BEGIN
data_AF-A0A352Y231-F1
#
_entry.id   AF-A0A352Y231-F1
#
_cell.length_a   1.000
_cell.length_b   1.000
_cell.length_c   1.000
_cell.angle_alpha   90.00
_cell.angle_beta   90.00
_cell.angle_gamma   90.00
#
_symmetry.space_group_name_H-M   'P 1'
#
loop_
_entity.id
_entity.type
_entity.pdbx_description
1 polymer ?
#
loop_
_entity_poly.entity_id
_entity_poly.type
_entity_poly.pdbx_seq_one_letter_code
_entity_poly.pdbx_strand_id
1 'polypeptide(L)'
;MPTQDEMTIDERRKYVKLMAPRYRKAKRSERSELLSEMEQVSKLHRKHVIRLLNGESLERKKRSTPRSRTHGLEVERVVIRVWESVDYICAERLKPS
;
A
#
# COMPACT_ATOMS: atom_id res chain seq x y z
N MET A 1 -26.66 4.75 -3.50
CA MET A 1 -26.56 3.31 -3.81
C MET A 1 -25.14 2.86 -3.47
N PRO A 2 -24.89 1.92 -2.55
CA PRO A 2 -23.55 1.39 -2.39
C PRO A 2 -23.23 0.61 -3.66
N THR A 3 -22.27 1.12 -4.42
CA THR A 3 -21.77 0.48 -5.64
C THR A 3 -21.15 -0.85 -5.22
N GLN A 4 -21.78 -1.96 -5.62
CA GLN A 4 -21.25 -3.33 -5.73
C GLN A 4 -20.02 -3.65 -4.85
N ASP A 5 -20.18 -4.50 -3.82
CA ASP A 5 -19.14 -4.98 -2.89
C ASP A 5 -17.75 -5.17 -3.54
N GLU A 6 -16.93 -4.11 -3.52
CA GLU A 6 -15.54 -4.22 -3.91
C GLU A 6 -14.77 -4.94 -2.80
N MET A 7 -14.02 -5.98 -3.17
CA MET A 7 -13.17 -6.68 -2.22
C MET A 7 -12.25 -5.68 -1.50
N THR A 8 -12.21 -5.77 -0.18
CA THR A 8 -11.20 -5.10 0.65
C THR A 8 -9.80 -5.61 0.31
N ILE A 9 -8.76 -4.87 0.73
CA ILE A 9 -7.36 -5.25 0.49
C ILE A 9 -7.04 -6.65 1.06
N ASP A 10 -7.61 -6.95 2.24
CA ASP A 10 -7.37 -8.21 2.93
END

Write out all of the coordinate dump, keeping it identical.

data_AF-A0A352Y231-F1
#
_entry.id   AF-A0A352Y231-F1
#
_cell.length_a   1.000
_cell.length_b   1.000
_cell.length_c   1.000
_cell.angle_alpha   90.00
_cell.angle_beta   90.00
_cell.angle_gamma   90.00
#
_symmetry.space_group_name_H-M   'P 1'
#
loop_
_entity.id
_entity.type
_entity.pdbx_description
1 polymer ?
#
loop_
_entity_poly.entity_id
_entity_poly.type
_entity_poly.pdbx_seq_one_letter_code
_entity_poly.pdbx_strand_id
1 'polypeptide(L)'
;MPTQDEMTIDERRKYVKLMAPRYRKAKRSERSELLSEMEQVSKLHRKHVIRLLNGESLERKKRSTPRSRTHGLEVERVVIRVWESVDYICAERLKPS
;
A
#
# COMPACT_ATOMS: atom_id res chain seq x y z
N MET A 1 -26.66 4.75 -3.50
CA MET A 1 -26.56 3.31 -3.81
C MET A 1 -25.14 2.86 -3.47
N PRO A 2 -24.89 1.92 -2.55
CA PRO A 2 -23.55 1.39 -2.39
C PRO A 2 -23.23 0.61 -3.66
N THR A 3 -22.27 1.12 -4.42
CA THR A 3 -21.77 0.48 -5.64
C THR A 3 -21.15 -0.85 -5.22
N GLN A 4 -21.78 -1.96 -5.62
CA GLN A 4 -21.25 -3.33 -5.73
C GLN A 4 -20.02 -3.65 -4.85
N ASP A 5 -20.18 -4.50 -3.82
CA ASP A 5 -19.14 -4.98 -2.89
C ASP A 5 -17.75 -5.17 -3.54
N GLU A 6 -16.93 -4.11 -3.52
CA GLU A 6 -15.54 -4.22 -3.91
C GLU A 6 -14.77 -4.94 -2.80
N MET A 7 -14.02 -5.98 -3.17
CA MET A 7 -13.17 -6.68 -2.22
C MET A 7 -12.25 -5.68 -1.50
N THR A 8 -12.21 -5.77 -0.18
CA THR A 8 -11.20 -5.10 0.65
C THR A 8 -9.80 -5.61 0.31
N ILE A 9 -8.76 -4.87 0.73
CA ILE A 9 -7.36 -5.25 0.49
C ILE A 9 -7.04 -6.65 1.06
N ASP A 10 -7.61 -6.95 2.24
CA ASP A 10 -7.37 -8.21 2.93